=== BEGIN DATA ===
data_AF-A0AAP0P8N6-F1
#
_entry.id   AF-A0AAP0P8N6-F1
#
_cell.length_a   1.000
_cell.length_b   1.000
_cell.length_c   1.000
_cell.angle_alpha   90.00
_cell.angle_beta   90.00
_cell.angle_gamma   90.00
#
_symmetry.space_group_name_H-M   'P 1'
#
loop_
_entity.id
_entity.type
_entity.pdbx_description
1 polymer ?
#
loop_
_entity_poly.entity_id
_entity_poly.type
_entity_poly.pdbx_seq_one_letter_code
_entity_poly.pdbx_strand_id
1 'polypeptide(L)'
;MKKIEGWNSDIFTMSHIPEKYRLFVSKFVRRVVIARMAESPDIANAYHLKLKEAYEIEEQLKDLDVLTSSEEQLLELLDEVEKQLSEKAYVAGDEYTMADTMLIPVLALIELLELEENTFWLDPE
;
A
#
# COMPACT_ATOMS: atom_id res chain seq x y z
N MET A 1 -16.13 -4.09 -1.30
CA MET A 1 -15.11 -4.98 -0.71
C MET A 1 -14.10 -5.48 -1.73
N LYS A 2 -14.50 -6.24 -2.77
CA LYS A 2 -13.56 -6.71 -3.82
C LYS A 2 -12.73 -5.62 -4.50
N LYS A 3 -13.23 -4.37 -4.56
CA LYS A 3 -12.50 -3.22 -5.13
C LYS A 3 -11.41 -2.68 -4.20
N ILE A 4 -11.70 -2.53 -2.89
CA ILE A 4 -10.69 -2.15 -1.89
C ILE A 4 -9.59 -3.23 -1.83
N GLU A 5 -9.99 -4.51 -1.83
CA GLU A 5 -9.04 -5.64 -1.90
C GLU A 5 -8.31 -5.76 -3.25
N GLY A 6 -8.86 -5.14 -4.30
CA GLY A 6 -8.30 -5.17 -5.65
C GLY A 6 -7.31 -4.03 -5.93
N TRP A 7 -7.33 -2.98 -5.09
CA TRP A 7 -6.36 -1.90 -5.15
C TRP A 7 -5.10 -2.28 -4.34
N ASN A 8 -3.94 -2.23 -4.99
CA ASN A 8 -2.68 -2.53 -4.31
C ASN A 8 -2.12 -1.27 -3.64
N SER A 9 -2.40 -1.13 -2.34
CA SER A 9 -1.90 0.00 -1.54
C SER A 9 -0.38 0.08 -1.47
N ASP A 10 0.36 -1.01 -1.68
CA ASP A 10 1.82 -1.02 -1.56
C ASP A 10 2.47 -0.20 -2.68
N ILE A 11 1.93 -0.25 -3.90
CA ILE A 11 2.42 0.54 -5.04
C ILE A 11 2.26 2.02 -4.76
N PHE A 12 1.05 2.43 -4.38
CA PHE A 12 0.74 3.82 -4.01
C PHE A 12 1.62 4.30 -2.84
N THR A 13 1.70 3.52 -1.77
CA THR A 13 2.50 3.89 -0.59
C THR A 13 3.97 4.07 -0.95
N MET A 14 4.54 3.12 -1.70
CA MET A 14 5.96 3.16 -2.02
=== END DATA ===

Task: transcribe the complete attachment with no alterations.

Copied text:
data_AF-A0AAP0P8N6-F1
#
_entry.id   AF-A0AAP0P8N6-F1
#
_cell.length_a   1.000
_cell.length_b   1.000
_cell.length_c   1.000
_cell.angle_alpha   90.00
_cell.angle_beta   90.00
_cell.angle_gamma   90.00
#
_symmetry.space_group_name_H-M   'P 1'
#
loop_
_entity.id
_entity.type
_entity.pdbx_description
1 polymer ?
#
loop_
_entity_poly.entity_id
_entity_poly.type
_entity_poly.pdbx_seq_one_letter_code
_entity_poly.pdbx_strand_id
1 'polypeptide(L)'
;MKKIEGWNSDIFTMSHIPEKYRLFVSKFVRRVVIARMAESPDIANAYHLKLKEAYEIEEQLKDLDVLTSSEEQLLELLDEVEKQLSEKAYVAGDEYTMADTMLIPVLALIELLELEENTFWLDPE
;
A
#
# COMPACT_ATOMS: atom_id res chain seq x y z
N MET A 1 -16.13 -4.09 -1.30
CA MET A 1 -15.11 -4.98 -0.71
C MET A 1 -14.10 -5.48 -1.73
N LYS A 2 -14.50 -6.24 -2.77
CA LYS A 2 -13.56 -6.71 -3.82
C LYS A 2 -12.73 -5.62 -4.50
N LYS A 3 -13.23 -4.37 -4.56
CA LYS A 3 -12.50 -3.22 -5.13
C LYS A 3 -11.41 -2.68 -4.20
N ILE A 4 -11.70 -2.53 -2.89
CA ILE A 4 -10.69 -2.15 -1.89
C ILE A 4 -9.59 -3.23 -1.83
N GLU A 5 -9.99 -4.51 -1.83
CA GLU A 5 -9.04 -5.64 -1.90
C GLU A 5 -8.31 -5.76 -3.25
N GLY A 6 -8.86 -5.14 -4.30
CA GLY A 6 -8.30 -5.17 -5.65
C GLY A 6 -7.31 -4.03 -5.93
N TRP A 7 -7.33 -2.98 -5.09
CA TRP A 7 -6.36 -1.90 -5.15
C TRP A 7 -5.10 -2.28 -4.34
N ASN A 8 -3.94 -2.23 -4.99
CA ASN A 8 -2.68 -2.53 -4.31
C ASN A 8 -2.12 -1.27 -3.64
N SER A 9 -2.40 -1.13 -2.34
CA SER A 9 -1.90 0.00 -1.54
C SER A 9 -0.38 0.08 -1.47
N ASP A 10 0.36 -1.01 -1.68
CA ASP A 10 1.82 -1.02 -1.56
C ASP A 10 2.47 -0.20 -2.68
N ILE A 11 1.93 -0.25 -3.90
CA ILE A 11 2.42 0.54 -5.04
C ILE A 11 2.26 2.02 -4.76
N PHE A 12 1.05 2.43 -4.38
CA PHE A 12 0.74 3.82 -4.01
C PHE A 12 1.62 4.30 -2.84
N THR A 13 1.70 3.52 -1.77
CA THR A 13 2.50 3.89 -0.59
C THR A 13 3.97 4.07 -0.95
N MET A 14 4.54 3.12 -1.70
CA MET A 14 5.96 3.16 -2.02